When it comes to reading, most of my readings I did were based on the textbook, J’apprends le Lingala tout seule en trois mois. Beyond the various exercises found in the textbook where I was able to read in Lingala, at the end, the textbook also had a segment dedicated to reading and comprehension. It was neat that the readings were chunks of one long story. However, I was never able to understand how the practice exercise linked back to the reading itself. What followed the readings was a completely different train of thought and exercise. I wish there were comprehension questions, but I was able to lean on my mentor to help me with this. Discussing my readings with my mentor and engaging in Q&A afterwards helped me reinforce what I had learnt when I worked on the comprehension by myself. This also enriched my learning experience throughout this journey. I also provided some of my successful tips for reading activities here for beginners.

Given the length of this class (8 weeks), I think the textbook provided just the right amount of reading material. I could imagine this not being enough for a semester long class and the need to complement it with more resources and material that offers variety.  I think the readings were not very hard but challenging enough for someone at my proficiency level. One thing that I discovered after starting the class was that my textbook taught classic Lingala which is very different from Lingala spoken in Kinshasa. In the beginning, this made it a bit tricky to navigate and I realized that classic Lingala is lot harder than Lingala spoken by Kinois. If anything, the way Kinois speak make it so much easier to learn and speak. This was something I did not know going into the class. At least, I didn’t think the differences was as stark as they are. When it comes to reading, I have mostly been reading classic Lingala which, overall, I am good at given my proficiency level. I can confidently say that I am able to understand words, phrases and sentences in texts even when they might not be familiar. For the most part, I am able to understand the main idea of what I have read. This is the case even when the topic might not be familiar to me. Overall, I was able to achieve my goals which I am very proud of.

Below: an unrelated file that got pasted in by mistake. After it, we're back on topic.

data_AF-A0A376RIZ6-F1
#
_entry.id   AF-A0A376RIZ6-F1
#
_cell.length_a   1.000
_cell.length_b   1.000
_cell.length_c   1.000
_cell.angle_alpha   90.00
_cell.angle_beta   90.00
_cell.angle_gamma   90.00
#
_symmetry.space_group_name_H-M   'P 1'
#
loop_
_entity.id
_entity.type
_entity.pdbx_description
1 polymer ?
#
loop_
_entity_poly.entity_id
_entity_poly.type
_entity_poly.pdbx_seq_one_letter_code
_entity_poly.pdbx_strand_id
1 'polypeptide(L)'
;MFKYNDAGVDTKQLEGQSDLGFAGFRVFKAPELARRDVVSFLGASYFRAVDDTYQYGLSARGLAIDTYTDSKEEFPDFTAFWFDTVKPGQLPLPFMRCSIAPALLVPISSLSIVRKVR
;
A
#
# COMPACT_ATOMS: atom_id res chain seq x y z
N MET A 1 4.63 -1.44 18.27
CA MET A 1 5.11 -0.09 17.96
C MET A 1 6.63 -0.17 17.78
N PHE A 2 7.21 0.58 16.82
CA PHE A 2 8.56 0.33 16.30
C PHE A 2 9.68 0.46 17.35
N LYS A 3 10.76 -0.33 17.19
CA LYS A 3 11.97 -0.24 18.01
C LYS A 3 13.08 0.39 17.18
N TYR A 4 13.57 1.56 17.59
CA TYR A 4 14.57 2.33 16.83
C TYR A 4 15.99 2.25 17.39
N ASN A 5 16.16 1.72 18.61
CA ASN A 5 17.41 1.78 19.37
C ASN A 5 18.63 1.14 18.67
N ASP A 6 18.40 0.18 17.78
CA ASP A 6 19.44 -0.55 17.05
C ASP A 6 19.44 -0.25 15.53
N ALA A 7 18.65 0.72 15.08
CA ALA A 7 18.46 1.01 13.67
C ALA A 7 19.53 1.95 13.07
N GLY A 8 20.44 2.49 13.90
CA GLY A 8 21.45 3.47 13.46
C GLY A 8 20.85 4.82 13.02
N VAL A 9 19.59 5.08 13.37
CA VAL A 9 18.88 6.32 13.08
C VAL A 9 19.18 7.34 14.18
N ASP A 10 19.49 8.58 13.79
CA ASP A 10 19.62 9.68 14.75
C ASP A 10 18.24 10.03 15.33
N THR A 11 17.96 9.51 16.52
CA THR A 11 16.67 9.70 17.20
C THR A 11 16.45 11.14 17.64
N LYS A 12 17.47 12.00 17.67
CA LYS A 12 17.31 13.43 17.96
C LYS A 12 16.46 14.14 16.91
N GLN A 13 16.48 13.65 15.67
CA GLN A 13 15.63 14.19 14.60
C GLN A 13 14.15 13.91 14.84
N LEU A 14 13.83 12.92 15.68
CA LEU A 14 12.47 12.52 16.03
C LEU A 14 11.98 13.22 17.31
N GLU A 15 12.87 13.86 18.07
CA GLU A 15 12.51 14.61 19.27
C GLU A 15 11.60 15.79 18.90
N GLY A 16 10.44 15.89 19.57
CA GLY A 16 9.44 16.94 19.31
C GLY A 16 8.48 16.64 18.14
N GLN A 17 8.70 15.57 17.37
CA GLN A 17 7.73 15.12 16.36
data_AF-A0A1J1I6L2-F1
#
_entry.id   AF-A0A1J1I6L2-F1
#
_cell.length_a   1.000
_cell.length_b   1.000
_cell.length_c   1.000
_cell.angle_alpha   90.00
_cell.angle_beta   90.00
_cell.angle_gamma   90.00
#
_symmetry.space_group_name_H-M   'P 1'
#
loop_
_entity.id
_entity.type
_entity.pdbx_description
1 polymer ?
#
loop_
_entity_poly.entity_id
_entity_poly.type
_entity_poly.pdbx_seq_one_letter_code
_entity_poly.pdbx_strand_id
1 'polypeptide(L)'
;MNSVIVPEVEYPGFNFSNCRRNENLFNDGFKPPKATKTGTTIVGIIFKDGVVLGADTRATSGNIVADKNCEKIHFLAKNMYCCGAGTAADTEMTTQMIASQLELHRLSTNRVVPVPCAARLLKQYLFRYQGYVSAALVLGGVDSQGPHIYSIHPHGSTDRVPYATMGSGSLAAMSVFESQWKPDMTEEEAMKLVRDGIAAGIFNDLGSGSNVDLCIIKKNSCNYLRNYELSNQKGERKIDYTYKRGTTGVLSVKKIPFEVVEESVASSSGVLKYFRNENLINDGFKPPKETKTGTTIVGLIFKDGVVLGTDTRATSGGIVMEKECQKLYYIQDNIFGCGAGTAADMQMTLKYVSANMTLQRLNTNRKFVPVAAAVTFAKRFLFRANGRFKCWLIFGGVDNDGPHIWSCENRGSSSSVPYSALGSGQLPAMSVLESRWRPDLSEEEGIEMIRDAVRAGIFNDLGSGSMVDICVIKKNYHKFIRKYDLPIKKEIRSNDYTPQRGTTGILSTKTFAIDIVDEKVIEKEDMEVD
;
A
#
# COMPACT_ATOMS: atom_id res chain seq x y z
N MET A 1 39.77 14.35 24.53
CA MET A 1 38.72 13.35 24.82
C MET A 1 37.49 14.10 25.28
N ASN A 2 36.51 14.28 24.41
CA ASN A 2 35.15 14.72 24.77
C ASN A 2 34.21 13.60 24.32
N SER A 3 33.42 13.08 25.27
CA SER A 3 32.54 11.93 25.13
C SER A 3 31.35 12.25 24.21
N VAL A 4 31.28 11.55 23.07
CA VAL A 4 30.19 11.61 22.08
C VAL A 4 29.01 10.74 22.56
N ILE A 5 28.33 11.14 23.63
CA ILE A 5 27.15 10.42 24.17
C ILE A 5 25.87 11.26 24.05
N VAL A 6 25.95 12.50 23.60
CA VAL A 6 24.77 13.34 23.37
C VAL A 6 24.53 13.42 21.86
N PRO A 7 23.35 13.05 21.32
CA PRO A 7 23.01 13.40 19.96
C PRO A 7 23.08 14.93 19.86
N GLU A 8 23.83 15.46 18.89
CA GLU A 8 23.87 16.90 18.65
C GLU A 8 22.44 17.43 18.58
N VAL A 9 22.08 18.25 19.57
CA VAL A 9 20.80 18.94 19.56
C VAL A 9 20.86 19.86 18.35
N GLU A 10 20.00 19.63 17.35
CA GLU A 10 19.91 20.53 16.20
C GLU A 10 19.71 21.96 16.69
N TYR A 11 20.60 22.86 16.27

Icon for the Creative Commons Attribution-NonCommercial-ShareAlike 4.0 International License

Resources for Self-Instructional Learners of Less Commonly Taught Languages by University of Wisconsin-Madison Students in African 671 is licensed under a Creative Commons Attribution-NonCommercial-ShareAlike 4.0 International License, except where otherwise noted.